Filling Your Cup With Joy Because “you can’t love your work if you don’t come to work with a full cup”
Ever since that discussion during the mid-January meeting of the Career Transitions group, I’ve been thinking about why I work. I’ve concluded that even if I inherited 10 million dollars, I would still work in some capacity. I know I would do more volunteering. I would set up a foundation that administers funds to needy causes that move me. In short, I would continue to work on projects I believe in.
Since I don’t have 10 million dollars in my bank account… yet… I still work out of necessity. When I was a kid, I didn’t dream of becoming a recruiter, job search coach, human resources consultant and public speaker. Those things are a far cry from my childhood fantasy of taking part in significant archeological expeditions, yet I am truly grateful that I stumbled into a career that gives me great joy and fulfillment. And, well, I never did give up my love of and interest in history!
What about you? Why do you work… is it out of joy, out of necessity or both? In one of his motivational video programs, Dewitt Jones issues that very challenge. Jones is a professional photographer who freelanced for National Geographic for twenty years. He has also directed motion pictures, written books and columns and is now a keynote speaker, but his deepest joy seems to come from photography. I love what he says about it on his website:
Photography has been the delight of my life. It’s never been an end in itself, however, just a means to an end. The end is an attitude, a posture toward the world filled every moment with reverence and wonder.
Wow! Just imagine having an attitude equivalent to “a posture toward the world filled every moment with reverence and wonder”. I have strived to achieve that attitude and have managed to find moments of reverence and wonder here and there in my everyday life. Since I always get there when I write poetry and so recognize what Jones means, the challenge then becomes to find ways to sustain the attitude on a more consistent basis.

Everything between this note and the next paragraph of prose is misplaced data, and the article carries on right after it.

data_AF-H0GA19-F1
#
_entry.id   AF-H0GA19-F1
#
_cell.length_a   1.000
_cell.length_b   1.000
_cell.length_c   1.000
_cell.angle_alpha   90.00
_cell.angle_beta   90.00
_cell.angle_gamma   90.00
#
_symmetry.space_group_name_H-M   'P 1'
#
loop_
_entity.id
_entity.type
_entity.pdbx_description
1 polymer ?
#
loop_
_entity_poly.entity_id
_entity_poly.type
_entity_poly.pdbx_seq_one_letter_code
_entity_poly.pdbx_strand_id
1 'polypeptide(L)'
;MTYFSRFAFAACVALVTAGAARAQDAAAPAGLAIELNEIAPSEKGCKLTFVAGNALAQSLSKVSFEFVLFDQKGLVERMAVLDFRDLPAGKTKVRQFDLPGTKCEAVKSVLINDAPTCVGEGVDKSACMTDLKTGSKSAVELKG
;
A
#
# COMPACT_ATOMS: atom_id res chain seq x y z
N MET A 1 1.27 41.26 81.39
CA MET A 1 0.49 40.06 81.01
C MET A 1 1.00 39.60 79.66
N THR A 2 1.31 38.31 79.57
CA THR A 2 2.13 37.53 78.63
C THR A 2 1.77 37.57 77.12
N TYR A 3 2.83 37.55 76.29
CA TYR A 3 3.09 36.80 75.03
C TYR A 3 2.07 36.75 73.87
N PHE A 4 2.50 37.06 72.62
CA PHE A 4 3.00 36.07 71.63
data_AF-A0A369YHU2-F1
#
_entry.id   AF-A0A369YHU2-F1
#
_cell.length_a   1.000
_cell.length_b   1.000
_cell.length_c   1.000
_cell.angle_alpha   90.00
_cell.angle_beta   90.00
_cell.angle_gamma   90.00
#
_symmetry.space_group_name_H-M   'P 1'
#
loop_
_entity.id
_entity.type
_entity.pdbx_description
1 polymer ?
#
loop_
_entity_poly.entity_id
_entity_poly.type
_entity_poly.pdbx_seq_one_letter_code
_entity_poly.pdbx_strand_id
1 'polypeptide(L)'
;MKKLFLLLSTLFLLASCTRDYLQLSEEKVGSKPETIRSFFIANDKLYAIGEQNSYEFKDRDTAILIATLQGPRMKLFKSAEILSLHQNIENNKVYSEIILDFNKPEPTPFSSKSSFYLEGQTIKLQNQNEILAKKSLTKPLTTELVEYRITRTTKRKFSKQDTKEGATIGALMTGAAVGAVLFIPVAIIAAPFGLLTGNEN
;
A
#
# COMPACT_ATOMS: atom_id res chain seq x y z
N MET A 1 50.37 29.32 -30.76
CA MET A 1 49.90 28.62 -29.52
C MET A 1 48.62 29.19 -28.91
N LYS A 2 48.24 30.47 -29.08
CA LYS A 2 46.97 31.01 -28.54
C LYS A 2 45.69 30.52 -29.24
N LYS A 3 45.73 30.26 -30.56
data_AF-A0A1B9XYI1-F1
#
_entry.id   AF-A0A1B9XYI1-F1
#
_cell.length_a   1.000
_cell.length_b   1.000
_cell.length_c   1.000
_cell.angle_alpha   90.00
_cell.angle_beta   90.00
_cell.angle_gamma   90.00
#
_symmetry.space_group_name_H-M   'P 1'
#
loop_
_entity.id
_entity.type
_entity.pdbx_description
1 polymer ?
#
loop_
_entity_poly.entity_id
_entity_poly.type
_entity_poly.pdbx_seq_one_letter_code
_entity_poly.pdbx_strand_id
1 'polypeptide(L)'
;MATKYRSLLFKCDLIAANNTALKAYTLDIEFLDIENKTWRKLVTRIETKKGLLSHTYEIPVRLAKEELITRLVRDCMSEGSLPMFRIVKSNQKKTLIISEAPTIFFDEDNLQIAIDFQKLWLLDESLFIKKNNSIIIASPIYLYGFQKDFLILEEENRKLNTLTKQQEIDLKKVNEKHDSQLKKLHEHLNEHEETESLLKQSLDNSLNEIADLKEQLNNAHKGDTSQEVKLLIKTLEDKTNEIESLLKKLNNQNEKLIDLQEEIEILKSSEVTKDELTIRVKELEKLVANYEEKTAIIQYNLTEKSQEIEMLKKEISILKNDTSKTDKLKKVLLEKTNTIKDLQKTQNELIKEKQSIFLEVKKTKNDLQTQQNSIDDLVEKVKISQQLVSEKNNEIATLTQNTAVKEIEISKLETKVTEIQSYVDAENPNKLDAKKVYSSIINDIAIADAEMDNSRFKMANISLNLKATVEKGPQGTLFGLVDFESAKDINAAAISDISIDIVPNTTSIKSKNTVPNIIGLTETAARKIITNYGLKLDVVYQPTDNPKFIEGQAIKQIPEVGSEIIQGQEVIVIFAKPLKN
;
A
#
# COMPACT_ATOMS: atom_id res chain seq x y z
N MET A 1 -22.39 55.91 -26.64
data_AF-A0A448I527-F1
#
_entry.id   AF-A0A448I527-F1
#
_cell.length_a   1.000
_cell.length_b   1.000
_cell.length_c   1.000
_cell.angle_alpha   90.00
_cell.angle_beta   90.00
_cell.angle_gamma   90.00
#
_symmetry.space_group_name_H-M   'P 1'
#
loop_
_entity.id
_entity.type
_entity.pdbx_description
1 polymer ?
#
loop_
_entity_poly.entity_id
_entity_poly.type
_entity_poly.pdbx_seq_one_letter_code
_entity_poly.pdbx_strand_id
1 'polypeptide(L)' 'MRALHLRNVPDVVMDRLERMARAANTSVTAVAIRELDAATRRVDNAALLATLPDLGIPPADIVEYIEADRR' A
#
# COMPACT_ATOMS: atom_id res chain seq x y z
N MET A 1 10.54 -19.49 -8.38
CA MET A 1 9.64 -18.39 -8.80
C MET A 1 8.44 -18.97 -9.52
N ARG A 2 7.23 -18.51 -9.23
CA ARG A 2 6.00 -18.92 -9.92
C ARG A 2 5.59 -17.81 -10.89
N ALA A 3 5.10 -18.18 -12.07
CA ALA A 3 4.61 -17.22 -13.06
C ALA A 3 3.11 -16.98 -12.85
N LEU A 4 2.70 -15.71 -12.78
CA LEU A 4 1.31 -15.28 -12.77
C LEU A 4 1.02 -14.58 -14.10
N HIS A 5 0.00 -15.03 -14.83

Okay, while I have enjoyed indulging in this analysis of Jones’ philosophy against my own life, basically, I’m referring to him here because in that program he makes a useful recommendation that I want to share with you. He advises that you “list 5 things that fill your cup with joy; then write down the date of the last day you did them”. I really like the idea of recalling those dates as a way of being accountable to your own happiness, and I have to concur with his statement that “you can’t love your work if you don’t come to work with a full cup”. It reminds me of the old adage about “all work and no play…”
It’s truly awesome that every day I get to do things that add a lot of joy to my cup. Clearly, I am privileged to work both out of necessity and out of joy. Every single day I get to help people; I get to write (even if it’s just a couple of brilliant emails!); I enjoy time with my family & friends; and I read for fun and/or inspiration. However, there are some things I’ve not done in a while that really fill my cup, like hiking some of my city’s lovely greenbelt trails, baking bread from scratch, walking around a bookstore looking at the new titles as well as old ones in the bargain racks, and shopping at my favorite local store for music CD’s. Jeez, it’s been many months since I’ve done any of these things! Alright, even though I’ve been pretty darned joyful, I see that it’s high time to fill my cup to the brim by remembering to put these other fun activities on my calendar!